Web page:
Noble families of Tyr

The noble families of Tyr are one of the pillars upon which Tyrian society rests. Owning large estates in the area surrounding Tyr, each noble family is responsible for the peasants who farm the land on their estate. Noble families also frequently own or rent townhouses in Tyr proper. Each noble family also contributed a senator under Kalak; however, the Senate was a rubber-stamp body that served no real legislative purpose under the dictator. Traditionally nobles are literate (one of the few literate sectors of society) and often trained in the psionic arts. The families produce offspring who go on to manage their estates, take on the family’s Senate seat, or live dilettante lives; sometimes larger families contribute sons and daughters to the military or the templars, though this is not especially preferred.

With the fall of Kalak and the dissolution of the Senate, the nobles are represented with a seat on the Revolutionary Council (filled by Agis of Asticles).

The roughly 15,000 people (“souls”) who live in the immediate vicinity of Tyr outside its walls are managed by roughly 30 noble families (each of which contributed one Senator regardless of size). Five of these families are major families, each bearing responsibility for large estates encompassing around 1300 souls each. In toto, these five families control around 44% of the population of Tyr’s lands (6500 souls). The major families of Tyr include Asticles, Mericles, Beryl, Turax, and (as of recently) Minthur.

Ten of these families are middle families, each bearing responsibility for sizable estates encompassing around 550 souls each. In toto, these five families control around 38% of the population of Tyr’s lands (5600 souls). The middle families of Tyr include Freydlav, Tyrthani, and Shahram.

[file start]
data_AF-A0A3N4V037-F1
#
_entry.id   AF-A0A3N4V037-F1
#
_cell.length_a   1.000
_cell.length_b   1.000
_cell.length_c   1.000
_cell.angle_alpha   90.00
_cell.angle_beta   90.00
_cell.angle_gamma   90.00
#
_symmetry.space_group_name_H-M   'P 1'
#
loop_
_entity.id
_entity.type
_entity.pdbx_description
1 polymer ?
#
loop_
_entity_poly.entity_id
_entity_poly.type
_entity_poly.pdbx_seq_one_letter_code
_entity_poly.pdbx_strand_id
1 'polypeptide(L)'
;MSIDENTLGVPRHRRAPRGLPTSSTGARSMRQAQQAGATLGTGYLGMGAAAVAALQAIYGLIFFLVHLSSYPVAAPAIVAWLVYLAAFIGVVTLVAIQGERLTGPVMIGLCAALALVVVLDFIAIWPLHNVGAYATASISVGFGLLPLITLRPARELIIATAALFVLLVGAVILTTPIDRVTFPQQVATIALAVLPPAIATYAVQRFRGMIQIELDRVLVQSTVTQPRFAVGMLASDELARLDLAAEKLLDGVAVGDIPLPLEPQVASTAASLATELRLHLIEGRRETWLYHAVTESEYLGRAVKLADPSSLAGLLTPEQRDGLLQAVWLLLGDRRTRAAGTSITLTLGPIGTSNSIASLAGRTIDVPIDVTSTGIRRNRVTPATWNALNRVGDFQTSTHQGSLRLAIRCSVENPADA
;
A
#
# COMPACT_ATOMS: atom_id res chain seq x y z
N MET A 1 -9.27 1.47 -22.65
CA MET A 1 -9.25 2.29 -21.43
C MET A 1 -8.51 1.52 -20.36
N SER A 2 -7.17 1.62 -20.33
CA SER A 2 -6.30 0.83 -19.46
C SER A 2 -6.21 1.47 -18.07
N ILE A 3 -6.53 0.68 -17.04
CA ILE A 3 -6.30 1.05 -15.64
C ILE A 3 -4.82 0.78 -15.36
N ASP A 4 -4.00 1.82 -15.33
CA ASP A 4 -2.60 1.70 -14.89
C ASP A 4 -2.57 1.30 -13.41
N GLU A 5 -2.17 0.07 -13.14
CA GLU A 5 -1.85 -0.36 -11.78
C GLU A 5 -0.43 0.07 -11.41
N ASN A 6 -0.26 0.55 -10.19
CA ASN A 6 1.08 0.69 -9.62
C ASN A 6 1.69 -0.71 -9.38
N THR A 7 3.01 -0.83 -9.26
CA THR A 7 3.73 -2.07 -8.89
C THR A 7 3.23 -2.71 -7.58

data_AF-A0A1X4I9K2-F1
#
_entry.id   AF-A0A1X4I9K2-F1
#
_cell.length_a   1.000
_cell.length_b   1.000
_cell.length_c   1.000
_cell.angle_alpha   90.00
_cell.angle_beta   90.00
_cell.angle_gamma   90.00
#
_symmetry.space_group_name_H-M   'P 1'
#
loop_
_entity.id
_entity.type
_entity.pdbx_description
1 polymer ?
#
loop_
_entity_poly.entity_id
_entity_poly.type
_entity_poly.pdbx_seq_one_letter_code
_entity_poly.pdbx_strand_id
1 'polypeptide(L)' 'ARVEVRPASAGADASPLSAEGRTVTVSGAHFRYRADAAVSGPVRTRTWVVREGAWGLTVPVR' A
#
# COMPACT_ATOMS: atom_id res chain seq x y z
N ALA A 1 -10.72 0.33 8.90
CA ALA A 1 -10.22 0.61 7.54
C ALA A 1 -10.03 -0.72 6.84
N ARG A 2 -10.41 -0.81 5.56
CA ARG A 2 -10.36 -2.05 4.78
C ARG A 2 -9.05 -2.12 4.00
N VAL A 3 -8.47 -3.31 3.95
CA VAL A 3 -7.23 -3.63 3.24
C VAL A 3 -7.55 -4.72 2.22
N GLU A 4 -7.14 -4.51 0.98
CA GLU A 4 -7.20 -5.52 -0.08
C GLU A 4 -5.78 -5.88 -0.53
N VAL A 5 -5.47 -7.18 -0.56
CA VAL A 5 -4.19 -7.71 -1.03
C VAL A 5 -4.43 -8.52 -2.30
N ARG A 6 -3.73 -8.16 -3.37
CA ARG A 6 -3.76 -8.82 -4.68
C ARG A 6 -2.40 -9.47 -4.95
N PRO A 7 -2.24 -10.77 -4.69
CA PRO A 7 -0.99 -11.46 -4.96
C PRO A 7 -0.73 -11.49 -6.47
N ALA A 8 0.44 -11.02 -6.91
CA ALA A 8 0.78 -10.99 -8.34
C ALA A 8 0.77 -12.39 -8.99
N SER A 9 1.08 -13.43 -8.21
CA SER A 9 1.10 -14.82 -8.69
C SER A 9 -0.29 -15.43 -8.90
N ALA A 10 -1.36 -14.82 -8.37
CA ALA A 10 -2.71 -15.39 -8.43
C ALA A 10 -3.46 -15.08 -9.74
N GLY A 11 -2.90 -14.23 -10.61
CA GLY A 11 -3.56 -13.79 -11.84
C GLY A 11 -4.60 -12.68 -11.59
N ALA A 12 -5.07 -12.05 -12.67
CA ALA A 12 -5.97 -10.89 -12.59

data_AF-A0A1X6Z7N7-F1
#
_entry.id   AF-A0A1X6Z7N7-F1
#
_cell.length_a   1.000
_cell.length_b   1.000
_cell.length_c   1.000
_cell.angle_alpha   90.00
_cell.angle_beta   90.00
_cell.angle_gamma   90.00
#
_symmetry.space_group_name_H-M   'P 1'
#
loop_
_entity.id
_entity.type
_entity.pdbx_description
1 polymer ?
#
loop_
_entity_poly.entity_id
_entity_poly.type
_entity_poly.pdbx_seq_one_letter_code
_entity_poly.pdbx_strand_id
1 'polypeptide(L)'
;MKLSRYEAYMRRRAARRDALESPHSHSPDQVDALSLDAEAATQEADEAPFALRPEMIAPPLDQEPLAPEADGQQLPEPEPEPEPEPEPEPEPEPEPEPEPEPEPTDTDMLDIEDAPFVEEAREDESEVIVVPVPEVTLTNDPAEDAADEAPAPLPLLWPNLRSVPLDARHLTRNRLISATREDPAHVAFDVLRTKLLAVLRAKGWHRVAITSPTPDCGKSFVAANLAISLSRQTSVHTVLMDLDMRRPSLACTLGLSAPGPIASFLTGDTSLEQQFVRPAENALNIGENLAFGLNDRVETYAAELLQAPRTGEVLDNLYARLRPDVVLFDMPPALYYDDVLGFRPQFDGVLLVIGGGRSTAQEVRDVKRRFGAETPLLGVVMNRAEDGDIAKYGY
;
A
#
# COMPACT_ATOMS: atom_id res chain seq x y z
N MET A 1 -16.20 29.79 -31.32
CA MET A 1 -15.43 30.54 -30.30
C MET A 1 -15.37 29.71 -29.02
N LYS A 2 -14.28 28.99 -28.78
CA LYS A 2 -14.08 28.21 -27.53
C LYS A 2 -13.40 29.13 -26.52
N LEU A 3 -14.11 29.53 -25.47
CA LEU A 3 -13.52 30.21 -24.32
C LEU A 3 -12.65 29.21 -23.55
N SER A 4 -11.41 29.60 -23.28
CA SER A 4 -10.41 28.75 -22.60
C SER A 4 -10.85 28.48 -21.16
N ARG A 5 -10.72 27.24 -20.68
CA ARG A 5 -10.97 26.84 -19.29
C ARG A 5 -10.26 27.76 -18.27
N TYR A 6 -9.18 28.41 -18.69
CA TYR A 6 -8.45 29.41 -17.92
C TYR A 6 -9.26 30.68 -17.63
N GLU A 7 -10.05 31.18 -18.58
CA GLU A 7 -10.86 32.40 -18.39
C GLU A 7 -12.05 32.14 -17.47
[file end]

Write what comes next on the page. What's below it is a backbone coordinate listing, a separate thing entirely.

The ten or more minor families each bear responsibility for small estates encompassing around 185 souls each, including Korphe and (the now-defunct) Prask.

Noble families do shift up or down in estimation depending on the periodic exchanges of land from one family to another (after political, economic, or even bloody struggles). The major family of Dyan was attainted for its patriarch Murter Dyan’s involvement with the founding of the True, and after his execution many of its lands were absorbed by the middle family Minthur, elevating it to major-family status. For much of recent history, there were roughly fifteen minor families, but in the past several months as nobles were attainted for involvement with the True and freed slaves needed places to go, five kolkhazy have arisen to settle in the lower ranks, with 150-200 souls working each collective farm.

Noble families pay taxes each year in the form of coin, crops, and souls. Each noble family is responsible for extracting the necessary coin, crops, and souls from its peasants or personal treasury. Under Kalak, noble families had to provide slaves for use in paying the Dragon’s levy, but that has been abolished under King Tithian. Noble families do still have to recruit young men and women from its villages in order to serve in the Tyrian Guard; generally, each family has to contribute 1% of its population to the Guard each year (though additional payments of crops and coin can “buy out” the requirement; vice versa, contributing extra people to the military can cancel a family’s coin or crop obligations for the year). This amount rises during wartime, of course.

Some nobles support the continuation of the monarchy as Tyr’s governing political system; many others are in favor of oligarchy.

As Urik’s army approaches Tyr, the nobles have contributed varying amounts to the war effort; check the Google Docs link below for information about their contributions:

Noble families of Tyr

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